3203. Introduction to Artificial Intelligence
AI as a Whole
The current research of AI can be summarized by analyzing the various answers to the basic questions.
1. What is AI?
Roughly speaking, Artificial Intelligence (AI) aims at building of computer systems that is similar to the human mind. However, different aspects of the human mind have been focused in different approaches:
From top to bottom, they correspond to descriptions of human intelligence in more and more general level, and to reproduce that description in computer systems. Since different descriptions have different granularity and scope, the above objectives are related, but still very different, and do not subsume each other. The best way to achieve one is usually not a good choice for the others.
Rationale: Intelligence is produced by the human brain. Therefore, to build an intelligent computer means to simulate the brain structure as faithfully as possible.
Background: Neuroscience, biology, etc.
Examples: SyNAPSE, HTM
Challenge: There may be biological details that are neither possible nor necessary to be reproduced in AI systems.
Rationale: Intelligence is displayed in how the human beings behave. Therefore, the goal should be to make a computer to behave exactly like a human.
Background: Psychology, linguistics, etc.
Examples: Turing Test, cognitive modeling
Challenge: There may be psychological details that are neither possible nor necessary to be reproduced in AI systems.
Rationale: Intelligence is evaluated by problem-solving capability. Therefore, an intelligent system should be able to solve certain practical problem that is currently solvable by humans only.
Background: Computer application guided by domain knowledge
Examples: IBM Watson, expert system
Challenge: There is no defining problems of intelligence, and the special-purpose solutions lack generality and flexibility.
Rationale: Intelligence refers to a collection of cognitive functionality, such as perceiving, reasoning, learning, acting, communicating, problem solving, etc. Therefore the goal is to reproduce these functions in computers in a divide-and-conquer manner.
Background: Computer science
AI textbooks, Soar, LIDA
Challenge: The AI techniques developed so far are highly fragmented and rigid, and it is hard for them to work together.
Rationale: Intelligence is a form of rationality or optimality. Therefore, an intelligent system should always "do the right thing" according to certain general principles.
Background: Logic, mathematics, etc.
Examples: AIXI, NARS
Challenge: There are too many things in intelligence and cognition to be explained and reproduced by a simple theory.
2. Can AI be built?
Since the idea of AI or "thinking machine" appeared, there have been various objections against it. Some people claimed that they have proved that AI, or whatever it is called, is simply impossible, due to certain fundamental limitations of computers. Common arguments include:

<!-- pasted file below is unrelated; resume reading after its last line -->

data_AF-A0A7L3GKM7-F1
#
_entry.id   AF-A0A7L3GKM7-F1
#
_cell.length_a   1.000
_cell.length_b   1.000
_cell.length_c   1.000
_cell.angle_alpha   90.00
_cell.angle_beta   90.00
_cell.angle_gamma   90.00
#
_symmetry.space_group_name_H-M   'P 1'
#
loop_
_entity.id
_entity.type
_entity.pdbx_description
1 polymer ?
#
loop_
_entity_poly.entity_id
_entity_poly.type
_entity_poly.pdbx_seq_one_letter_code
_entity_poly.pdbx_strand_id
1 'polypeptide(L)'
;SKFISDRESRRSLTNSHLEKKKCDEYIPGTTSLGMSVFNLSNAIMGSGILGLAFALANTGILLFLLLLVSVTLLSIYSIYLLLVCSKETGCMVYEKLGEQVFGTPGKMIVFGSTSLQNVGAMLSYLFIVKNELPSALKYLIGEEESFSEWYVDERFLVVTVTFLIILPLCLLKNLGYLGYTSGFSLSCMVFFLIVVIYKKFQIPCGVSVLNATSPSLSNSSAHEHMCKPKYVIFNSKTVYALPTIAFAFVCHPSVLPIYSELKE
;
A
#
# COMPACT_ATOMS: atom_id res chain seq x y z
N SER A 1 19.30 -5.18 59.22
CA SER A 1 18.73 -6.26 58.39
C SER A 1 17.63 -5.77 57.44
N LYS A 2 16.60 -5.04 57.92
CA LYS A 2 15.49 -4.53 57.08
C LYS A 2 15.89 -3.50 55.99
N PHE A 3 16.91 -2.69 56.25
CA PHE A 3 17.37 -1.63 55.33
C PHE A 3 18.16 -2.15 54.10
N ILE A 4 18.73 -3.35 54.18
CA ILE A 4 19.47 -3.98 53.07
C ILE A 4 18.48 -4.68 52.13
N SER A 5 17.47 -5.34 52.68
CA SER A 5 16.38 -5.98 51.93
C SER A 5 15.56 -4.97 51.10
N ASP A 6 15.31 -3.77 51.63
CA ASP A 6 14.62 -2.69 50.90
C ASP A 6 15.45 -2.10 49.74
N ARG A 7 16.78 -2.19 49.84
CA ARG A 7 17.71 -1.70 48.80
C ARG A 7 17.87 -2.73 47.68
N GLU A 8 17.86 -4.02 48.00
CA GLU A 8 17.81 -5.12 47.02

Many researchers has rejected some of the objections. Classical arguments can be found in the following works:
Obviously, AI researchers believe that AI can be built, that is, computer systems can become more and more similar to the human mind, in various senses.
- There are certain knowledge and functions in the human mind that cannot be reproduced in computer systems.
- Computers can only process symbols and data according to their form, but can never get their meaning.
- Computers can only follow given programs, so can never be truly autonomous and creative.
3. How to build AI?
To achieve the ultimate goal of AI, different overall strategies have been followed in AI research:
Obviously, the selection of development strategy partially depends on the selection of the research objective. Currently the mainstream AI mostly follows the first approach, while the Artificial General Intelligence (AGI) community has been exploring the other two approaches.
[Hybrid – divide and conquer]
Approach: To develop individual functions first using different theories and techniques, then to combine them together.
Argument: (AA)AI: More than the Sum of Its Parts, Ronald Brachman
Difficulty: Compatibility of the theories and techniques
[Integrated – architecture plus modules]
Approach: To design an architecture first, then to design its modules accordingly using various techniques.
Synergy: A Universal Principle for Feasible General Intelligence?, Ben Goertzel
Difficulty: Identification, specification, and coordination of the functions
[Unified – extending a core technique]
Approach: Using a single technique to start from a core system, then to extend and augment it incrementally.
Argument: Toward a Unified Artificial Intelligence, Pei Wang
Difficulty: Versatility and extensibility of the core technique
4. Should AI be built?
Even if we have found out how to achieve AI, it does not necessarily mean we really want to do it. Like all major scientific discoveries and technical breakthroughs, AI has the potential to revolutionize our life and even the fate of the human species, either in a nice way or an evil way — or, as things usually go, a mixture of the two.
Common concern of AI includes:
- AI will dominate the world.
- AI will lead to an uncertain future.
- AI will cause unemployment.
AI researchers are aware of their responsibility on this topics, though most of them think that, according to the currently available evidence, progress in AI research will benefit the human species than to destroy it.
Of course, many crucial problems remain open, but to find their solutions, the research of AI should be speed up, not slowed down. Most wide-spreading concerns and fears about AI are based on misconceptions about the nature of AI.